April 14, 2009

Why some procrastinate income tax filing

The reason some file U.S. income taxes promptly and some procrastinate may be a combination of cash and psychological issues, a researcher suggests.

Dr. Steven Krebaum, clinical associate professor of psychiatry at the University of Texas Southwestern Medical Center in Dallas, says economics sometimes takes a back seat to psychology when it comes to tax season.

Based on the literature, when a person files taxes is largely based on variables such as the individual's current cash position and return expectations, Krebaum says in a statement. Those with higher incomes tend to file later, particularly if they anticipate large tax payments, while those who expect refunds file earlier, especially if they expect large refunds.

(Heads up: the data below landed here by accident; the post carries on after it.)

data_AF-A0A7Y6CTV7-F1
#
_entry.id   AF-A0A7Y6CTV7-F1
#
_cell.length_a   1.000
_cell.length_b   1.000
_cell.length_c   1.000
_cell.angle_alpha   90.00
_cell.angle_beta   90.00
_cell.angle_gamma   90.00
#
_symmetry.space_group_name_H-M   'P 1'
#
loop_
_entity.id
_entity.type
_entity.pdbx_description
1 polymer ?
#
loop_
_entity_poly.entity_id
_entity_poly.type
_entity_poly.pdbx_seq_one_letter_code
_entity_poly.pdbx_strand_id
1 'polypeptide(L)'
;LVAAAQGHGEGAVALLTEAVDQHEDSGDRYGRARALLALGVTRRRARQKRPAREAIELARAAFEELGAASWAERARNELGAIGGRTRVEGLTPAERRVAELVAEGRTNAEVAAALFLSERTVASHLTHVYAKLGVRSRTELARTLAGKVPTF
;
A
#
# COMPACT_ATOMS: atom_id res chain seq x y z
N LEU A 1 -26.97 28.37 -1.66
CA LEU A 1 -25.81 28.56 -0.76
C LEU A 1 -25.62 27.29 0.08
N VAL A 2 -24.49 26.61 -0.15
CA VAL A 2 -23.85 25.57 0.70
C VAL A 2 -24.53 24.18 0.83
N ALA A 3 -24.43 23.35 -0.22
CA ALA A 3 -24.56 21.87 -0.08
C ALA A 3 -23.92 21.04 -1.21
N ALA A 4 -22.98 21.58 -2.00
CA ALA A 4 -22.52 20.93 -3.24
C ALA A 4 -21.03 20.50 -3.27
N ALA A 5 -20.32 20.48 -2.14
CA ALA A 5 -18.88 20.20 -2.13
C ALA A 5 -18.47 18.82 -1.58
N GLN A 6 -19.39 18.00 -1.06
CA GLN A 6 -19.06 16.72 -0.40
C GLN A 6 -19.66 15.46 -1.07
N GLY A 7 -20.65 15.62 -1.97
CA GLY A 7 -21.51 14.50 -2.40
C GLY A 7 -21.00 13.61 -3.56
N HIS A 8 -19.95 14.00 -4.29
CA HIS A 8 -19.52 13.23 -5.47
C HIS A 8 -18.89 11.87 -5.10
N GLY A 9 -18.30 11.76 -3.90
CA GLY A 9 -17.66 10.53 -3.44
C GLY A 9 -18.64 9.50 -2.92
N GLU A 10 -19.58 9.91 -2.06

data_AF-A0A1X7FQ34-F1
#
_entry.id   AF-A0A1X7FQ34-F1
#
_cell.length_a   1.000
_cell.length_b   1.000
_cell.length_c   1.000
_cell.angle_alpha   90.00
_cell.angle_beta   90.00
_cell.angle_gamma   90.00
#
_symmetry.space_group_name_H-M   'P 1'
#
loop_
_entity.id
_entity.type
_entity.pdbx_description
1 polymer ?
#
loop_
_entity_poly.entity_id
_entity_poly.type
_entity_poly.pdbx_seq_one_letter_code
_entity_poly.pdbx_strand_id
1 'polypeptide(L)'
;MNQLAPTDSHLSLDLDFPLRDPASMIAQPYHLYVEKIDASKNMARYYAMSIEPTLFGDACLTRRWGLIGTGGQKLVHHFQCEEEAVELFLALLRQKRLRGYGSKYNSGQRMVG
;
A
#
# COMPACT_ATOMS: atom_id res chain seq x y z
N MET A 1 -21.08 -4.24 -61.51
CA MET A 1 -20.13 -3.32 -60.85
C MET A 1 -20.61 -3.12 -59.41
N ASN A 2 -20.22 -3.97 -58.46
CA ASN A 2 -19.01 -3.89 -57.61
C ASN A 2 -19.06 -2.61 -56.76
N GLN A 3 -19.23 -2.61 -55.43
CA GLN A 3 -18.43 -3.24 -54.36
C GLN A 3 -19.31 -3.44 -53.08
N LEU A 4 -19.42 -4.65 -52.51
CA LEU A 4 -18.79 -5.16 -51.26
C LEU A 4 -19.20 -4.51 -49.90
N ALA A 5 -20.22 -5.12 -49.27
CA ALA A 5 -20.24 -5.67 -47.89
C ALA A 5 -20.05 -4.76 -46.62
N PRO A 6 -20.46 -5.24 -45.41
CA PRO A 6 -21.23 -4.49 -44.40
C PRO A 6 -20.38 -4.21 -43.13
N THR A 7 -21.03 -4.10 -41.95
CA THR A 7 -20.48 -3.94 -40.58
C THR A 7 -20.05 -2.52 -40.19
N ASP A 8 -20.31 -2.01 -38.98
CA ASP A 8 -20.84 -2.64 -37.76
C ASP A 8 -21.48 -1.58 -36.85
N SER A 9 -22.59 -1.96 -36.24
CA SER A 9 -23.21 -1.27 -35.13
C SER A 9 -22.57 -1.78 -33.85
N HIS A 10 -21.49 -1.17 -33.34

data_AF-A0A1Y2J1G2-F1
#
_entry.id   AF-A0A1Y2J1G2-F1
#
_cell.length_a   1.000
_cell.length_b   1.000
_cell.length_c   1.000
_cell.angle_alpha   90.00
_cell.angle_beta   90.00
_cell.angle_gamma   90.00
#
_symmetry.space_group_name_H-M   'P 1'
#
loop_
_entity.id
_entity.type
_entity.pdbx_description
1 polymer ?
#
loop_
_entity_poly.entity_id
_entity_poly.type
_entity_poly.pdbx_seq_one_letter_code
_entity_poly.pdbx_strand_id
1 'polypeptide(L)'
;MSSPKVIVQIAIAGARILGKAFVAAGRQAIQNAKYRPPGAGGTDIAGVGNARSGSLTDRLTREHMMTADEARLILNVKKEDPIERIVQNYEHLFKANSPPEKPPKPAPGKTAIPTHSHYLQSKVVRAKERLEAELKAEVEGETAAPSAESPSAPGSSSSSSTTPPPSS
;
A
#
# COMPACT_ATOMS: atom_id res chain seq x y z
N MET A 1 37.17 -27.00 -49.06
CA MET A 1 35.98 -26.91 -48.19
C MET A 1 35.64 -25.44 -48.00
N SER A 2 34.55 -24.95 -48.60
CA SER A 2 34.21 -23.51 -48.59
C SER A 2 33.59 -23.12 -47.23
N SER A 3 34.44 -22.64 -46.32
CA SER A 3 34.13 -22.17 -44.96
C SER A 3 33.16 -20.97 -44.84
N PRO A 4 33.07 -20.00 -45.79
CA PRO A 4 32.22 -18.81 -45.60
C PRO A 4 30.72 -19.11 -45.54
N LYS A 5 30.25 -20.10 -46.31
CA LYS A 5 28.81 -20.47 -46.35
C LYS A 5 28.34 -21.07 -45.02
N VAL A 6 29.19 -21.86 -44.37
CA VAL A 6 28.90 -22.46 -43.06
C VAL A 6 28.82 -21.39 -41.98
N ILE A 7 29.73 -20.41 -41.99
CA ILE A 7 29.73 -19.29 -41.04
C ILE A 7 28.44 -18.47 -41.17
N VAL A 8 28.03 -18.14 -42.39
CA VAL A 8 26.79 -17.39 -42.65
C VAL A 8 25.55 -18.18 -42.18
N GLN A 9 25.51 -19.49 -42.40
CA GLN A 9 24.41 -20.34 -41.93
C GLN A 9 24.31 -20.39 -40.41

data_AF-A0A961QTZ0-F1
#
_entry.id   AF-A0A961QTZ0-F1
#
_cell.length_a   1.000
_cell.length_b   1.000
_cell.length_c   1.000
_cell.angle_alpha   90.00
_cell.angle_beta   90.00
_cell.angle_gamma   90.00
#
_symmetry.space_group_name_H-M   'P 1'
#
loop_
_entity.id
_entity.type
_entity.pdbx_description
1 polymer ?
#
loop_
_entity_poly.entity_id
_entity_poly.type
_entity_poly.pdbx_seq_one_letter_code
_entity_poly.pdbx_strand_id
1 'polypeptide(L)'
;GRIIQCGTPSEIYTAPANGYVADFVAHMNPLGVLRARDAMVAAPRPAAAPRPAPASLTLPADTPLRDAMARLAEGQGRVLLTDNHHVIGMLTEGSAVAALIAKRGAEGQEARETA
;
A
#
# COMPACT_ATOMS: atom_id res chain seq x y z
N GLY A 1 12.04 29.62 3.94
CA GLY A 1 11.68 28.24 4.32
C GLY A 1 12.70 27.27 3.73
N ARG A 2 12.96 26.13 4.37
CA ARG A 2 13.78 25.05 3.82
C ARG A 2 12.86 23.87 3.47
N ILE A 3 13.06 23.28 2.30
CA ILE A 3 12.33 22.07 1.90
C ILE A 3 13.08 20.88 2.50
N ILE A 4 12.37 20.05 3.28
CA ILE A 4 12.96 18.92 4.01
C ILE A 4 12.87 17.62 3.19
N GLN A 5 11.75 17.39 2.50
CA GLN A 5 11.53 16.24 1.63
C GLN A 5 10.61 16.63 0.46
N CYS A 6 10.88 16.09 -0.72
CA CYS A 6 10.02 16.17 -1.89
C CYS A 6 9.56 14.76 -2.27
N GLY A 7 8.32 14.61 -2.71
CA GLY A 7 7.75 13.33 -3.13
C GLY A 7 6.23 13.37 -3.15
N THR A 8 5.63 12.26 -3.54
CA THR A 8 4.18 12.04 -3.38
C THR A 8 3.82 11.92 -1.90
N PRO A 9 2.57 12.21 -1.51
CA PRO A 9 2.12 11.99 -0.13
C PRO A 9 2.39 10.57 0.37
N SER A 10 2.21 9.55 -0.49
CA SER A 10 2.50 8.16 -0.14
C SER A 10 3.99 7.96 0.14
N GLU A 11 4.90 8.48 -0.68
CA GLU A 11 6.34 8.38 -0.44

However, these trends are not always consistent.

A number of psychological issues may cause even those who expect refunds to delay filing, such as being upset because stocks have taken a dip and you don't want to face facts; not wanting to be realistic about finances, which filing taxes forces you to do; anger toward bureaucracy -- you don't want to 'pay the government' -- or not wanting to be reminded of distressing personal issues, such as a recent divorce, Krebaum says.

Generally, it may be that psychology plays a larger role than economics in decisions of when to file, Krebaum says.